Interview: Jesse Wright Explores Nostalgia With “BANGARANG”
Opens 12/12
Mad Love 6m

Artist Jesse Wright has had a hell of a year.

After the success of his debut solo show, Piledriver, Wright has continued to take advantage of his rolling momentum by dabbling with curating, indie wrestling merchandise, illustration and painting even larger and more audacious murals.

For his latest show, BANGARANG, Wright aims his sights at even bigger game by creating a body of work that taps into the haunting and profound effects of nostalgia. With his signature bold lines and affection for pop culture imagery, Wright pays homage to the 90’s/00’s cartoons, comics, music, and movies from which he draws inspiration and infuses visual manifestations of his emotional and mental state during his childhood.

We caught up with the man himself to take a deep dive into all the good, the bad and the inspiring of Jesse Wright’s past?

Rewind to March this year, you held your first ever solo exhibition Piledriver. What did you learn from that experience? How did it influence the shows you curated/ projects you took on from that point forward?

Piledriver was a mad learning experience. It was like being thrown into a pool not knowing how to swim with my hands and legs tied together. I legit had no idea what I was getting into, it was so hard. But it taught me super quick how to run a show, how to lose sleep but most importantly keep people entertained. My goal, honestly, wasn’t to try and sell any art but to put on a rad show for people who like my shit. Things like the arcade machine, Wrestlemania XV on the big screen and free brewskes. It was a mad push in the right direction of being taken seriously as an artist. I think moving forward from that, I set the bar high for myself and hopefully anyone who wants to put on a solo show in Sydney. I legit want people to put on rad shows, put on maximum effort so we can all be taken seriously. 

With BANGARANG you look to explore the idea of nostalgia and how the past can be both affirmative and tainted simultaneously. Why was this idea important to you?

That’s the most important part, is the that tainted tarnished feel of my art. I want to bring nostalgic pop culture with a twist. I think it’s important to look at things a little differently, question what’s normal, dig deeper and look for hidden meaning. I love Easter eggs in movies, I drew inspiration from that and hid a lot of my story in these flash sheets. Super subjective obviously, but they’re tainted and twisted because whilst I would think that I had a normal childhood growing up, looking back, it was kinda fucked. Things like witnessing death, drugs, violence and super frequent visits from police to my house, I feel, definitely shaped the way that I look at things. So I picked imagery that I feel was apart of my childhood and gave them a darker, more realistic side. I picked my nostalgic distractions and gave them consequences.

What type of wild imagery can people expect to see from you on the night?

I started with the word BANGARANG because Hook is my favourite movie of all time. Watching Rufio and The Lost Boys, I think as a kid, I wanted that. I wanted to be free. I wanted to loose all attachment to the outside world and be my own person with my own rule set. I’ve got BANGARANG tattooed on my leg. So I ran with that word, which in Jamaican means ‘disturbance’ so it definitely fits my approach. I used that as a backbone to frame black work, tattoo style flash sheets of disturbing pop culture references. I think the type of wild imagery would be things like what happened if Garth from Wayne’s world wasn’t so silent. What if there was another carebear called ‘depression’, what if Crash Bandicoot lost ‘Ooga Booga’ and found ‘Booger Sugar’. It’s the taint that makes these interesting to me. What if these characters were like everyone else?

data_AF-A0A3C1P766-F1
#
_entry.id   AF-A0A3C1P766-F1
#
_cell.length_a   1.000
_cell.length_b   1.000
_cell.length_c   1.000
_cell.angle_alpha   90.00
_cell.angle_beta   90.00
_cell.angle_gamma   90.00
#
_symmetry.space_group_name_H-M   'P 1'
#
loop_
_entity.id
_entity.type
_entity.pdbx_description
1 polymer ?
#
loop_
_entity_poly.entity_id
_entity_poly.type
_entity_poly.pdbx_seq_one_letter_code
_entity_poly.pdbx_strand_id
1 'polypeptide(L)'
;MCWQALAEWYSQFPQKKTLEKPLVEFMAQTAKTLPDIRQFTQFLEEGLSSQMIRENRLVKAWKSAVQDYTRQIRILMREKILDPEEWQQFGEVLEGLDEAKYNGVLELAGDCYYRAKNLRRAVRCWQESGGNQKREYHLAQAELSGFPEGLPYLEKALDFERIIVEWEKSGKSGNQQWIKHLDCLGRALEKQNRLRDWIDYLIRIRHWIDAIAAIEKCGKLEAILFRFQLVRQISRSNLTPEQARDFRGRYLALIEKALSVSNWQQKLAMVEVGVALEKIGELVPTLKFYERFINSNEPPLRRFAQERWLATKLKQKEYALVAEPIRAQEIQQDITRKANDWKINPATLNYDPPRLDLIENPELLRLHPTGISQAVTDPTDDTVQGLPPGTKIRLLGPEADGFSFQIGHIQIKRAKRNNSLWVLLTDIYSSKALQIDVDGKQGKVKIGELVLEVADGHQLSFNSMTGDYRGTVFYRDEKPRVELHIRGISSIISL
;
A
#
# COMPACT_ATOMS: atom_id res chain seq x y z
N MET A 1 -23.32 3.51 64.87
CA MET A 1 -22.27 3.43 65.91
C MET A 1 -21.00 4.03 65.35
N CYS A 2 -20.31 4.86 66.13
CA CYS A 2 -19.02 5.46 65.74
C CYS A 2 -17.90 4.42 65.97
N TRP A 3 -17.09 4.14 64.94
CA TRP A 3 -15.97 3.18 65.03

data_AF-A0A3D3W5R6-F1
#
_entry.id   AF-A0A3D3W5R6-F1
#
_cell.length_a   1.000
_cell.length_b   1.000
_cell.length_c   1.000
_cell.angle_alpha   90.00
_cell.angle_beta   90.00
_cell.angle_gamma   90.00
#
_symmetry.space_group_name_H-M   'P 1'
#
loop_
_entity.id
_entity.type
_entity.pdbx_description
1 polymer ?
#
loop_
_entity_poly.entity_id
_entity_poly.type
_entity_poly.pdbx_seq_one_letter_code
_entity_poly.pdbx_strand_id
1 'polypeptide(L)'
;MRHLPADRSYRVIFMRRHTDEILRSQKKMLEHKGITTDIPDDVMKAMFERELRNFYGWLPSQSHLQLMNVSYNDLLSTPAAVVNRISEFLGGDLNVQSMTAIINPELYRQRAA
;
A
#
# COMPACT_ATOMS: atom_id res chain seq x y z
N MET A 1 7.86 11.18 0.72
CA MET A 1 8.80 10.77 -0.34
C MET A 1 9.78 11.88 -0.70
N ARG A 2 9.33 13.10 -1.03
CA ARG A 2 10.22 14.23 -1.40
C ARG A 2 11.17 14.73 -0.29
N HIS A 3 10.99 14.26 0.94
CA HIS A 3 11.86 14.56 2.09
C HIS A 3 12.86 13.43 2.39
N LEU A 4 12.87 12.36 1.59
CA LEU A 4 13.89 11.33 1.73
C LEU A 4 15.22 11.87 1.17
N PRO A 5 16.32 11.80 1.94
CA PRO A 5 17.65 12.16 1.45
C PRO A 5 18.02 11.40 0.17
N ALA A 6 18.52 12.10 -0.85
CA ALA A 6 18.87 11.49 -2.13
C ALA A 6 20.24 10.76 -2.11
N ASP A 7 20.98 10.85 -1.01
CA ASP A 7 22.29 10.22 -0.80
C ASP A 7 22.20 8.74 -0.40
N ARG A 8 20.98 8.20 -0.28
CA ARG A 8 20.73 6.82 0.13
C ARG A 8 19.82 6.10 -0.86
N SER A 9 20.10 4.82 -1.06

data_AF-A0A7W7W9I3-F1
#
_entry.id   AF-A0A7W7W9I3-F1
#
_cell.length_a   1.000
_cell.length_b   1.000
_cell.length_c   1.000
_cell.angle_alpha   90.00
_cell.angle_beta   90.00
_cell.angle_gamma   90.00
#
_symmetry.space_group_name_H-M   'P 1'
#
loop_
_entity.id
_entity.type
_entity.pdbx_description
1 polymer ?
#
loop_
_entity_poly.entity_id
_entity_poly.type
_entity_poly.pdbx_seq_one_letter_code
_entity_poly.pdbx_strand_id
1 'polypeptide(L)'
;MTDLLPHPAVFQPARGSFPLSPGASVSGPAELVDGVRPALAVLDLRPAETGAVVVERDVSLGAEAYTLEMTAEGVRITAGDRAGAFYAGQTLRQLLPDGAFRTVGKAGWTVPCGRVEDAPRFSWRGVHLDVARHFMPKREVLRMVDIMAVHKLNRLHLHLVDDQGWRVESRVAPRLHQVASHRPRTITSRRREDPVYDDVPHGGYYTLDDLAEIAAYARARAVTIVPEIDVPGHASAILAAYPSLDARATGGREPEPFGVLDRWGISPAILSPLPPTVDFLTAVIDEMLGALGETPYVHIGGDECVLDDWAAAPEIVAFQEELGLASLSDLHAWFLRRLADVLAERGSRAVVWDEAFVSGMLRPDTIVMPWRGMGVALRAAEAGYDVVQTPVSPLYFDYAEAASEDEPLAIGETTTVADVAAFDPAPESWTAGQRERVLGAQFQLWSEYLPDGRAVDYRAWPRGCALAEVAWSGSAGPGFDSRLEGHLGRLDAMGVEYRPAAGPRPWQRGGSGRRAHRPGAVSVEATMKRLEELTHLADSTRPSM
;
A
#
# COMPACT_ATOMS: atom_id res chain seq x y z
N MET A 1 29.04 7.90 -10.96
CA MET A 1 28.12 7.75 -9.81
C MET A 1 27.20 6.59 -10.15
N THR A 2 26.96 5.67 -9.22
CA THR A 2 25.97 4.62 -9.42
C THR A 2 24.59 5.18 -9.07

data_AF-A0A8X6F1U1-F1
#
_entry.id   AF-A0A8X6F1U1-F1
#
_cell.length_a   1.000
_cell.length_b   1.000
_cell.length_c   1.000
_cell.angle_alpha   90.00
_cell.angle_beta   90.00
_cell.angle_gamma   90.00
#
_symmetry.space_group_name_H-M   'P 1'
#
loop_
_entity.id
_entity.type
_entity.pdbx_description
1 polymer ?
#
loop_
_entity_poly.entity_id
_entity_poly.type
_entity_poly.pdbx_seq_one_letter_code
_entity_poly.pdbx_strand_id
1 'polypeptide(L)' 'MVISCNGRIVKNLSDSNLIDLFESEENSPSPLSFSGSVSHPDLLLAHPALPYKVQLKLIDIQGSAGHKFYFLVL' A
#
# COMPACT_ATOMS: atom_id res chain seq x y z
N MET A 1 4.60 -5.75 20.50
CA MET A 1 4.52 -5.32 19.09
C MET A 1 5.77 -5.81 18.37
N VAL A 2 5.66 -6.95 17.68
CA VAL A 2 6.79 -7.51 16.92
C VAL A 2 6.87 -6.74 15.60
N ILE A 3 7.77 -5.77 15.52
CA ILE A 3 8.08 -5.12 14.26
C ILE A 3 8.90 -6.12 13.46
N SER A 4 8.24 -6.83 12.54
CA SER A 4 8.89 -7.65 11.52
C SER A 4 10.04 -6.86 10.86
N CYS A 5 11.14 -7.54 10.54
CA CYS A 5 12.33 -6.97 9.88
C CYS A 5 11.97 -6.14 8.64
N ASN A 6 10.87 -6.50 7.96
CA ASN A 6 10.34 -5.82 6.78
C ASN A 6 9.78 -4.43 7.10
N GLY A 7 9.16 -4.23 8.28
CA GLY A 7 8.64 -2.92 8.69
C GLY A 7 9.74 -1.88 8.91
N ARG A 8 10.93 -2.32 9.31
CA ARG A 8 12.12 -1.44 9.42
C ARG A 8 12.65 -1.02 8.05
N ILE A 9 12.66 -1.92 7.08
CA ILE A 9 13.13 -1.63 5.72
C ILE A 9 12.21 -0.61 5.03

I know it’s an impossibly difficult task, but what is your favourite pop culture characters growing up and why?

Growing up, I was a massive wrestling fan, watching Stone Cold definitely shaped me. I was heavy into video games, so things like Conkers Bad Fur Day and Tony Hawks PS. Power Rangers was so dope, but the flamboyant moves grew old quick. I think honestly the things that I love the most are blockbuster movies and comic books. So things like Hook, Spider-Man, Toy Story and Star Wars is my all time favourite. Die hard Star Wars fan. Every morning, I’d park myself in front of Cheez Tv for DragonBall and Pokemon we’re always a good escape before school. I never wanted to leave but you knew you had to because those shitty infomercials and Oprah would come on.

As this year closes out, how do you want to evolve as an artist in 2019?

Going into 2019, I think that I like the direction I’m heading. Im doing pretty murals and illustrations pretty much everyday and they’re my stuff too. People are coming to me for my style which is so amazing coming from a graphic designers background. So over doing other people’s shit. I think that heading into 2019 and onward to 2020 I’d like to do larger exhibitions and bigger murals. I’d like to become one of those artists who lives for exhibitions. That’s what I feel is calling me now. Big build up. Big fight feel. See what happens I guess. Onward and upward.


BANGARANG opens Wednesday at Goodspace (115 Regent St, Chippendale), from 6pm.

Follow Jesse Wright @jeswri 

Find out more info here.

December 10, 2018
Editors Pick